Tips for Managing Your Emotions
Discover additional tips that may provide some encouragement for people living with lung cancer.
Tips for Staying Positive
Helpful Tips: Creating a Lung Cancer Game Plan
Lung cancer doesn’t discriminate. No matter their age or overall health, each of our passionate patient advocates faced emotional and physical challenges and came face-to-face with the stigma the disease still carries. Throughout their journeys, they picked up useful tips and coping strategies which they hope will help others.
No one should feel alone while battling lung cancer. Leaning on family, partners, friends, or even your community may help you to deal with the range of emotions you’ll experience. But, sometimes discussing your diagnosis with someone who has never had the disease — even if it’s someone close to you — can be difficult. Many patient advocacy groups offer in-person and online support groups. They can also match you with a mentor — someone who has had a similar diagnosis but is farther along in their cancer journey, so you can benefit from their experience and guidance. Certain hospitals and cancer centers also offer “buddy” or “friend” programs, so you have the advantage of a “veteran” showing you the ropes. In addition, patient navigators (or patient advocates) can help you navigate your lung cancer journey: medically, legally, and financially.
Doctor’s appointments can be a good opportunity for you and your family to gain valuable insights into your disease and treatment plan. However, time with your oncologist may be limited, so it’s always a good idea to prepare your thoughts and questions in advance. Rank your concerns and ask the most important questions first. Ensure that none of the important details gets lost once you walk out of the doctor’s office by asking someone from your support team to join and be a note taker, or ask your doctor if you can capture the conversation on your smart phone. You may also want to bring along information you have been given by friends, or that you found online, to get your doctor’s opinion.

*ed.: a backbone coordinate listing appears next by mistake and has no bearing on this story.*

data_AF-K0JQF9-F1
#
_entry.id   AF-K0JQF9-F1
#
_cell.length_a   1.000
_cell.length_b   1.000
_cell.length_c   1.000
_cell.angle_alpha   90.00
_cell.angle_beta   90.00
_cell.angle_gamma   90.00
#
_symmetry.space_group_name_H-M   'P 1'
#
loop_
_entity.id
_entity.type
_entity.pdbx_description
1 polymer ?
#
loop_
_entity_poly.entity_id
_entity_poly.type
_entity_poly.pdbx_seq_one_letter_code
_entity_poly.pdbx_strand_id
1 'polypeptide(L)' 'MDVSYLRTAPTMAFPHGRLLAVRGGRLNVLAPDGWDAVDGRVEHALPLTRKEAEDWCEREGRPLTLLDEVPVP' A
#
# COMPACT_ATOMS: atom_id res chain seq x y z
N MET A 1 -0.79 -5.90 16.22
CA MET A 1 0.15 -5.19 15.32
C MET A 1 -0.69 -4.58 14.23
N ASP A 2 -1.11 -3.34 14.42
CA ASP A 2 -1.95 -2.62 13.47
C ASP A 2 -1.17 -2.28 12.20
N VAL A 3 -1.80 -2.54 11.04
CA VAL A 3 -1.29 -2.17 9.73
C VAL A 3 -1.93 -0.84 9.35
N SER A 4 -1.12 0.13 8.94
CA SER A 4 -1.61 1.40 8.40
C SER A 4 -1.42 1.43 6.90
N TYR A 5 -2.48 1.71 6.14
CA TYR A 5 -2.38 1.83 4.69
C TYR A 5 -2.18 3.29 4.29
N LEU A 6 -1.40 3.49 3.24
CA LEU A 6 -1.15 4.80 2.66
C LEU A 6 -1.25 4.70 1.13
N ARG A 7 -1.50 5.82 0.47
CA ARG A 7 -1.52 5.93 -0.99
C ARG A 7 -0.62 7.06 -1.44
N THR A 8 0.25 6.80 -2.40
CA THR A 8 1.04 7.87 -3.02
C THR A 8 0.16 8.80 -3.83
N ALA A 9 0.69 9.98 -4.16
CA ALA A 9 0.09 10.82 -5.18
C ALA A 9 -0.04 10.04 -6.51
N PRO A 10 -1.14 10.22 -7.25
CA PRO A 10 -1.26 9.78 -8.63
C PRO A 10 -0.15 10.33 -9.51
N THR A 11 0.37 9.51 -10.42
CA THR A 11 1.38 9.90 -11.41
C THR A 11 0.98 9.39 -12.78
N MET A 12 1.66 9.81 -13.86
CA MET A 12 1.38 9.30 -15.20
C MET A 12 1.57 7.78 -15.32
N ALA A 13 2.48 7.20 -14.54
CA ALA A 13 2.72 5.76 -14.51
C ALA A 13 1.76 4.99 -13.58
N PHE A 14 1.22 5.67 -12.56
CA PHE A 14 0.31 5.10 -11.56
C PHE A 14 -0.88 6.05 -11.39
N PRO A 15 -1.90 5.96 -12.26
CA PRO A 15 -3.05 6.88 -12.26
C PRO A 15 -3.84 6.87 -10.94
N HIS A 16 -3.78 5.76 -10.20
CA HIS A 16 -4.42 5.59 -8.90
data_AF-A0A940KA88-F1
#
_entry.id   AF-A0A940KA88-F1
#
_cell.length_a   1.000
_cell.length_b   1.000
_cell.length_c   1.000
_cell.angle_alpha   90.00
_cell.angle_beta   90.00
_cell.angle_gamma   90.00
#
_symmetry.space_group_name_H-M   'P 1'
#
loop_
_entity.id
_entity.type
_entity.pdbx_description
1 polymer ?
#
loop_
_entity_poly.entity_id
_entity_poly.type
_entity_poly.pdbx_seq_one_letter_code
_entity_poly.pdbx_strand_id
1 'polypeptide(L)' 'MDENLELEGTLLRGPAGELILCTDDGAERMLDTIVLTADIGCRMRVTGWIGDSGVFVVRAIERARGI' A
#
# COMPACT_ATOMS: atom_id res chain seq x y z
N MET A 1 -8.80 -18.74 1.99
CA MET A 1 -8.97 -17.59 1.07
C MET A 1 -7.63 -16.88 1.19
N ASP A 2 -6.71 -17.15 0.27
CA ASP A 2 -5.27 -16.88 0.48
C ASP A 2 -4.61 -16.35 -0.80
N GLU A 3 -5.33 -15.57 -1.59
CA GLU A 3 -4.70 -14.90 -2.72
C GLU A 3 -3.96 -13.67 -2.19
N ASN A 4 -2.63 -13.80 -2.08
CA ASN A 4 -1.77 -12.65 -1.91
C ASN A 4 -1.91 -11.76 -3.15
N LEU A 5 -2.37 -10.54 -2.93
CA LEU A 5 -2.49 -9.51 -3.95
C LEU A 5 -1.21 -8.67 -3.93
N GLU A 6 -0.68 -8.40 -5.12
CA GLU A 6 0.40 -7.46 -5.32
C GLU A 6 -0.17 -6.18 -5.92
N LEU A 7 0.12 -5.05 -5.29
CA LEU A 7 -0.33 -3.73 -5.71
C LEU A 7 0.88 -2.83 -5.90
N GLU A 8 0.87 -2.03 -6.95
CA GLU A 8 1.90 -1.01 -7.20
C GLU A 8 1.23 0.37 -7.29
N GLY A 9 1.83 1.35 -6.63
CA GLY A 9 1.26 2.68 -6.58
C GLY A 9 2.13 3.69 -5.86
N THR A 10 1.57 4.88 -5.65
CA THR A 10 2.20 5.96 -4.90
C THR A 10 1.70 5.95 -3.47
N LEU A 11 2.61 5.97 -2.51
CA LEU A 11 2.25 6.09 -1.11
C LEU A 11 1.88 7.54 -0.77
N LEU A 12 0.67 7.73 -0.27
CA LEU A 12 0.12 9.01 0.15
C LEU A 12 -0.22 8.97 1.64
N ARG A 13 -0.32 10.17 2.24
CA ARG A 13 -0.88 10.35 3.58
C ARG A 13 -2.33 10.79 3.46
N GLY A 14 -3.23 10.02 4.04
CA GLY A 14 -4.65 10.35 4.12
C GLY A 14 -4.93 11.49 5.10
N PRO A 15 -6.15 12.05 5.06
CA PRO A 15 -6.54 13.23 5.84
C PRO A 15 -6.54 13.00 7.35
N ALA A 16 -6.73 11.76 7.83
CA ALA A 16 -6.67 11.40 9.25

Listen to Your Body
It is important to listen to your body throughout your cancer journey. During treatment, you may have more energy or a better appetite on some days than others — and that’s okay. Rest when you need to, eat when you need to — you know your body best and what you need to tackle this disease. You may also see a change in your activity level after treatment — you might get tired more quickly or experience shortness of breath. Set small goals for yourself to rebuild your strength and explore activities that fit within your “new normal”.
Overcome the Stigma
Although anyone with lungs can get lung cancer, there’s still a widely held belief that it is a self-inflicted disease. People who are or were smokers often blame themselves for developing the disease, and those who haven’t smoked may feel ashamed or guilty. Stigma can also hold people back from speaking up and asking important questions about their care. While it may be tough, it’s more important to focus on your treatment and recovery. Surround yourself with people who lift you up, explore your spirituality, or channel your energy into educating others about the disease.
Be Your Own Advocate
With the stigma people living with lung cancer face, advocating for yourself can take on new meaning. Here are a few ways you can self-advocate: ask for a second opinion, speak up if you’re having trouble understanding an explanation or medical words, ask your healthcare team where you can find additional information about your disease, and do your research when it comes to making care decisions.
Make a Difference
Lung cancer kills more people than breast cancer, prostate cancer, and colon cancer combined. Yet, federal research funding for lung cancer lags behind, and stigma continues to plague those impacted by this terrible disease. If you are touched by lung cancer — a survivor, a loved one, or a professional working with people living with the disease — consider ways to raise awareness. Get involved with your local patient advocacy group or cancer center. Through these organizations, you can share your story, volunteer, or serve as a mentor for someone who needs support.